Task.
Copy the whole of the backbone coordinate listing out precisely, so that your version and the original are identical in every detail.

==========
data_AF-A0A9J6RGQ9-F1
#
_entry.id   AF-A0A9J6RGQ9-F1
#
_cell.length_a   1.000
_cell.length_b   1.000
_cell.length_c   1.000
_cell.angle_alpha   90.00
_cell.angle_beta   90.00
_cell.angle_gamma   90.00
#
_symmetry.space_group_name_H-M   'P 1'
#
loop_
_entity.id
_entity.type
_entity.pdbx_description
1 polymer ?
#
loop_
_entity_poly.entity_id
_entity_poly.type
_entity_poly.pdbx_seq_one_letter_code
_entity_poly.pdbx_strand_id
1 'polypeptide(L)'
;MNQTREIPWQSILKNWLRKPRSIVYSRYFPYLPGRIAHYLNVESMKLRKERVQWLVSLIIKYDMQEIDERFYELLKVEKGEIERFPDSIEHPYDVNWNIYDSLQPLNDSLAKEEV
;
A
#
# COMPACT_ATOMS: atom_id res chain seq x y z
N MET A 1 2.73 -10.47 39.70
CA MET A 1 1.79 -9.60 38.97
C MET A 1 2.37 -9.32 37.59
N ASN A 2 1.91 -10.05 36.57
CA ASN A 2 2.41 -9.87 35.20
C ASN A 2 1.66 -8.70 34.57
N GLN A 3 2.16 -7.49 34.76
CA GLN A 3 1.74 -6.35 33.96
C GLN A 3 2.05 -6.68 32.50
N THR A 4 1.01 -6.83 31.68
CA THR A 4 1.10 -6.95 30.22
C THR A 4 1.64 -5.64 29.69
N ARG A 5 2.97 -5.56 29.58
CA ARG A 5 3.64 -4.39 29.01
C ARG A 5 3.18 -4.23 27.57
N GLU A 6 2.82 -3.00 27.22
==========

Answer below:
data_AF-A0A9J6RGQ9-F1
#
_entry.id   AF-A0A9J6RGQ9-F1
#
_cell.length_a   1.000
_cell.length_b   1.000
_cell.length_c   1.000
_cell.angle_alpha   90.00
_cell.angle_beta   90.00
_cell.angle_gamma   90.00
#
_symmetry.space_group_name_H-M   'P 1'
#
loop_
_entity.id
_entity.type
_entity.pdbx_description
1 polymer ?
#
loop_
_entity_poly.entity_id
_entity_poly.type
_entity_poly.pdbx_seq_one_letter_code
_entity_poly.pdbx_strand_id
1 'polypeptide(L)'
;MNQTREIPWQSILKNWLRKPRSIVYSRYFPYLPGRIAHYLNVESMKLRKERVQWLVSLIIKYDMQEIDERFYELLKVEKGEIERFPDSIEHPYDVNWNIYDSLQPLNDSLAKEEV
;
A
#
# COMPACT_ATOMS: atom_id res chain seq x y z
N MET A 1 2.73 -10.47 39.70
CA MET A 1 1.79 -9.60 38.97
C MET A 1 2.37 -9.32 37.59
N ASN A 2 1.91 -10.05 36.57
CA ASN A 2 2.41 -9.87 35.20
C ASN A 2 1.66 -8.70 34.57
N GLN A 3 2.16 -7.49 34.76
CA GLN A 3 1.74 -6.35 33.96
C GLN A 3 2.05 -6.68 32.50
N THR A 4 1.01 -6.83 31.68
CA THR A 4 1.10 -6.95 30.22
C THR A 4 1.64 -5.64 29.69
N ARG A 5 2.97 -5.56 29.58
CA ARG A 5 3.64 -4.39 29.01
C ARG A 5 3.18 -4.23 27.57
N GLU A 6 2.82 -3.00 27.22